“I can see it as a real possibility that stocks prices and house prices would both keep going up for years (maybe), but I’m not forecasting that by any means.”– Robert Shiller. Even though this is a qualified opinion it is still quite a revelation, as the good professor, co-inventor of the Cyclically Adjusted Price-to-Earnings Ratio (CAPE), has been flashing the investment world a caution to an outright sell using his methodology for at least as long I have been publishing kortsessions (February 2013). During that time the S&P 500 is up over 57%, with the index closing at a new all-time high of 2415.82 on Friday, May 26, 2017.
Let’s take a trip back in time to “Double, Double … fire burn and cauldron bubble”
and Kort Session 75 –12/5/2013
Did someone say, “bubble?” Oh yes, thanks to a front page article on MarketWatch.com Monday morning (12/2/2013), we were peppered with “bubble” references the rest of the day. The article quoted Nobel Laureate, Yale Professor Robert Shiller, who is “most worried” about the “boom” in the U.S. stock market. Now, Shiller did not actually say the market was in a bubble (he still owns stocks), but he hinted around the edges. The door was opened. MarketWatch, CNBC and others took the opportunity to remind us of Professor Shiller’s outstanding record of calling bubbles… the housing bubble (he wrote a book about it prior to its bursting – ”Irrational Exuberance”) and the “Dot.com” bubble. Ergo, Shiller knows BUBBLES and he may have another spotted. Again, this was an excerpt from a post I wrote three and a half years ago. Like today’s post Shiller equivocates. “He still owns stocks.” In the subsequent (3 1/2) years you would be amazed how many times Shiller’s PE has been quoted by the bears as a reason to sell or stay out of the market. This post from December 11, 2016 (just six months ago), is a typical example:
CNBC -“Market indicator (Shiller PE) hits extreme last seen before plunges in 1929, 2000 and 2008." This headline and post are in unbelievable contrast to the following second excerpt from Mike Santoli’s CNBC interview with Robert Shiller (5/24/2017). BTW, the EXTREME level was over 27.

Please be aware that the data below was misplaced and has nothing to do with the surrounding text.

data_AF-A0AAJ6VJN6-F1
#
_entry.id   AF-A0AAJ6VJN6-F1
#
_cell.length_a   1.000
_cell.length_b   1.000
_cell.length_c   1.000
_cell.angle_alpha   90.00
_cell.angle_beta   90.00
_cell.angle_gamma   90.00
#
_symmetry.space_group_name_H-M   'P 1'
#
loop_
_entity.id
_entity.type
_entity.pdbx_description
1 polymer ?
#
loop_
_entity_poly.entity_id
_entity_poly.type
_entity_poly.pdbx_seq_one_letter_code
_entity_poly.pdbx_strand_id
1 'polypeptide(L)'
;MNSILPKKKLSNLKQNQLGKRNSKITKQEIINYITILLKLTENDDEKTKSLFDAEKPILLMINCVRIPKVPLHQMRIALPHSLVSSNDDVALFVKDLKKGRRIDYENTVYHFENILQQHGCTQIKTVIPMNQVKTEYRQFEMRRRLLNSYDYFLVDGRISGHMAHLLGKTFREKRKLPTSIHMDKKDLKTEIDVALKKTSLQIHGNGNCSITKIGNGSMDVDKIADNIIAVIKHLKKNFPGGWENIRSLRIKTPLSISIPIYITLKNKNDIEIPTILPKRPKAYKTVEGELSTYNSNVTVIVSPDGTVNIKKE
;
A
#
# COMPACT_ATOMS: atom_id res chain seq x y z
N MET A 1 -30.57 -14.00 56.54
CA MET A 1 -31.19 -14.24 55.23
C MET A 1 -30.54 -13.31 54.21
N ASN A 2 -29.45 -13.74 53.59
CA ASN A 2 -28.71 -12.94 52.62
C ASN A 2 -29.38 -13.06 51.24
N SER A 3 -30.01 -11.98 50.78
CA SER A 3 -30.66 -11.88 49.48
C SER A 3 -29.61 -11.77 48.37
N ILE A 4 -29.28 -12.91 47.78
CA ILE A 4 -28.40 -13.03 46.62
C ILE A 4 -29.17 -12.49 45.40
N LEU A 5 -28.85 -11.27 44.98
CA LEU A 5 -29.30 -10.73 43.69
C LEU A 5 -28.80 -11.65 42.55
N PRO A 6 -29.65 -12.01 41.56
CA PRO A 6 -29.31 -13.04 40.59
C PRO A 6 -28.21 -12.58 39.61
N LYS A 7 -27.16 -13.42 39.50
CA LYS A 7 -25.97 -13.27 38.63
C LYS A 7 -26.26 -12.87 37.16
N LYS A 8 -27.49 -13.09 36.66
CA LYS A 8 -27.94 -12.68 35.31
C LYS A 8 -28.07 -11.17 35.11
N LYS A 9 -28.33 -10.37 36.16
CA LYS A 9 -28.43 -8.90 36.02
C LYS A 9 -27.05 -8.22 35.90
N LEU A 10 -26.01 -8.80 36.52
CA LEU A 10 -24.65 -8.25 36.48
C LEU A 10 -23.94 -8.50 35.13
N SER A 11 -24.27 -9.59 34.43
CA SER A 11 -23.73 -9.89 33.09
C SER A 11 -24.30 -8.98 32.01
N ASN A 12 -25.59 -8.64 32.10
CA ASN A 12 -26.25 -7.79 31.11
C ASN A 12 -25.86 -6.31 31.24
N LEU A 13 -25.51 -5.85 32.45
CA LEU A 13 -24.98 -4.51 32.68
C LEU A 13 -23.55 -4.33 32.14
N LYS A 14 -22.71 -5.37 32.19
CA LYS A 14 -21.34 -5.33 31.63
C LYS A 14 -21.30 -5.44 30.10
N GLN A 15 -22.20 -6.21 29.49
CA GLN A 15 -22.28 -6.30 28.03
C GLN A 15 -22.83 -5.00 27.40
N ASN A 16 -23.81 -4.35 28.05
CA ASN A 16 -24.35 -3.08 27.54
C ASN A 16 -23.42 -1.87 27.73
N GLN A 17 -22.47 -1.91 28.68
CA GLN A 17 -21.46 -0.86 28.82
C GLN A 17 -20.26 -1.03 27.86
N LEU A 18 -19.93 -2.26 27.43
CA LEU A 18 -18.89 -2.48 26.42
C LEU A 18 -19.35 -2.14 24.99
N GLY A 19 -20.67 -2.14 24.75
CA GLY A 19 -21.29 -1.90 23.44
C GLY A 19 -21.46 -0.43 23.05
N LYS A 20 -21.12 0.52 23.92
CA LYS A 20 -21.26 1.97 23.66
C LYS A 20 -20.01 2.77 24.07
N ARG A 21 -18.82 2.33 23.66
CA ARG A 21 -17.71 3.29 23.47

I would say have some stocks in your portfolio. It (the market) could go up 50 percent from here. That’s what it did around 2000, after it reached this level, it went up another 50 percent. So I’m not against investing in the stock market when you consider the alternatives. But I think if one wants to diversify, US is high in its CAPE ratio. You can go practically anywhere else in the world and it’s lower,” Shiller said. “We could even set another new record high in CAPE, that’s not a forecast.”
Interestingly, I find myself in total agreement with the points that Shiller makes in the paragraph above. SHOULD I BE WORRIED?
On another often quoted concern: Sub-par U.S. GDP Growth
Since this economic recovery began, coming out of the depths of the financial crisis, many economists and politicos have complained that it was sub-par, painfully slow versus other post-WWII recoveries, with average real GDP growth running only at about 2%. Of course, it was blamed on faulty administration policies. My contention is that much of this was out of the administration’s control. My reasoning is as follows.
- First and foremost, since WWII we had never had a financial meltdown akin to 2008. The closest comparable was 1929. It took the onset of WWII to pull us out of that depression.
- After the stimulus bill of 2009, that was it … no more. In fact, in 2013 the Congress and White House agreed on “The Sequester,” a 10% across the board cut in all federal spending in order to avoid a government shutdown (essentially an austerity move).
- Meanwhile, China (now the world’s second largest economy) decided to slow its economic growth rate from a torrid 12% to 14% to a more manageable 7%.
- On the other side of the world, Europe decided to treat their financial crisis with a strong dose of austerity, thus keeping the EU (an important trading partner) in long-term recession.
- Then there was the constant drumbeat of political rhetoric telling all ‘how bad things were’, not actually borne out by the facts, but in the pursuit of scoring political points. This worked against confidence, a cornerstone of a growing economy.
- Finally, lest we forget, there is the ongoing effect of growing worldwide competition… i.e. Globalization.
Taking all of the above into consideration it is easy to see why our economic growth during this recovery has been less than prior bounces out of recession. In my mind, however, our recovery has been remarkable in the face of all the aforementioned obstacles. As such it makes me crazy when I see politicians and the media (trying to rope people in with negative headlines) putting out stories like this: “The disappointing U.S. economy keeps coming up short” (CNBC). The facts would indicate we are doing pretty well under the circumstances, and that those circumstances may be about to change in our favor as the rest of the world is beginning to grow again.
Finally, like the previous administrations, the current administration will have very little to do with a stronger tone to the U.S. economic growth. It will most likely be the forces of a sub 4.5% unemployment rate and globalization working in our favor.
What are your thoughts?